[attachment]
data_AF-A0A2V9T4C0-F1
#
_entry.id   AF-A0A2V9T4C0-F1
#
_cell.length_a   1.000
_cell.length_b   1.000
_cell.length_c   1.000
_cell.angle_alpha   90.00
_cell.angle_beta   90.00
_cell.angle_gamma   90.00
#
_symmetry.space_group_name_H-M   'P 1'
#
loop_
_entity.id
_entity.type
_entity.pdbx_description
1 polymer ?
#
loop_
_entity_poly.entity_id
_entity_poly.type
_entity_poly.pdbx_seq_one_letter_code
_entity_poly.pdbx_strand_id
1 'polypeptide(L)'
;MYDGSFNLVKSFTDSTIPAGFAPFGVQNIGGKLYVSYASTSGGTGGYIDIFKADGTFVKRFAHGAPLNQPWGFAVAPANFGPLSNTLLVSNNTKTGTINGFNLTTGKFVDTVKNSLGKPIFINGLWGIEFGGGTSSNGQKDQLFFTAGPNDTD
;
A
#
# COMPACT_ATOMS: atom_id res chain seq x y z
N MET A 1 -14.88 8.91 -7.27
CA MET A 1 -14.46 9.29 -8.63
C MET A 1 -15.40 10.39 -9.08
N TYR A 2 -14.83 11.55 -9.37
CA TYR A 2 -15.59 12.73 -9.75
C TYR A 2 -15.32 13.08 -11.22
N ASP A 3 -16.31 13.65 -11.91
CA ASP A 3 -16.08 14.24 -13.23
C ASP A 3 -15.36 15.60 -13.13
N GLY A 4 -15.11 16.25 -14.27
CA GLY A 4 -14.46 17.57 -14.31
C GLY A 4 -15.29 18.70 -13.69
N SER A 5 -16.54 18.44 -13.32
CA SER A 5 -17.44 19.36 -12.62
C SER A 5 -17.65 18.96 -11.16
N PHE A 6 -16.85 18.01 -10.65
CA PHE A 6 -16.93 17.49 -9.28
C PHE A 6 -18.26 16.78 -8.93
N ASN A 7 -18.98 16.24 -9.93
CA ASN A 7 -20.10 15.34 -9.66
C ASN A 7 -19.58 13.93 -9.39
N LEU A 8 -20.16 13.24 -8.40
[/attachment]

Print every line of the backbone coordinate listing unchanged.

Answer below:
data_AF-A0A2V9T4C0-F1
#
_entry.id   AF-A0A2V9T4C0-F1
#
_cell.length_a   1.000
_cell.length_b   1.000
_cell.length_c   1.000
_cell.angle_alpha   90.00
_cell.angle_beta   90.00
_cell.angle_gamma   90.00
#
_symmetry.space_group_name_H-M   'P 1'
#
loop_
_entity.id
_entity.type
_entity.pdbx_description
1 polymer ?
#
loop_
_entity_poly.entity_id
_entity_poly.type
_entity_poly.pdbx_seq_one_letter_code
_entity_poly.pdbx_strand_id
1 'polypeptide(L)'
;MYDGSFNLVKSFTDSTIPAGFAPFGVQNIGGKLYVSYASTSGGTGGYIDIFKADGTFVKRFAHGAPLNQPWGFAVAPANFGPLSNTLLVSNNTKTGTINGFNLTTGKFVDTVKNSLGKPIFINGLWGIEFGGGTSSNGQKDQLFFTAGPNDTD
;
A
#
# COMPACT_ATOMS: atom_id res chain seq x y z
N MET A 1 -14.88 8.91 -7.27
CA MET A 1 -14.46 9.29 -8.63
C MET A 1 -15.40 10.39 -9.08
N TYR A 2 -14.83 11.55 -9.37
CA TYR A 2 -15.59 12.73 -9.75
C TYR A 2 -15.32 13.08 -11.22
N ASP A 3 -16.31 13.65 -11.91
CA ASP A 3 -16.08 14.24 -13.23
C ASP A 3 -15.36 15.60 -13.13
N GLY A 4 -15.11 16.25 -14.27
CA GLY A 4 -14.46 17.57 -14.31
C GLY A 4 -15.29 18.70 -13.69
N SER A 5 -16.54 18.44 -13.32
CA SER A 5 -17.44 19.36 -12.62
C SER A 5 -17.65 18.96 -11.16
N PHE A 6 -16.85 18.01 -10.65
CA PHE A 6 -16.93 17.49 -9.28
C PHE A 6 -18.26 16.78 -8.93
N ASN A 7 -18.98 16.24 -9.93
CA ASN A 7 -20.10 15.34 -9.66
C ASN A 7 -19.58 13.93 -9.39
N LEU A 8 -20.16 13.24 -8.40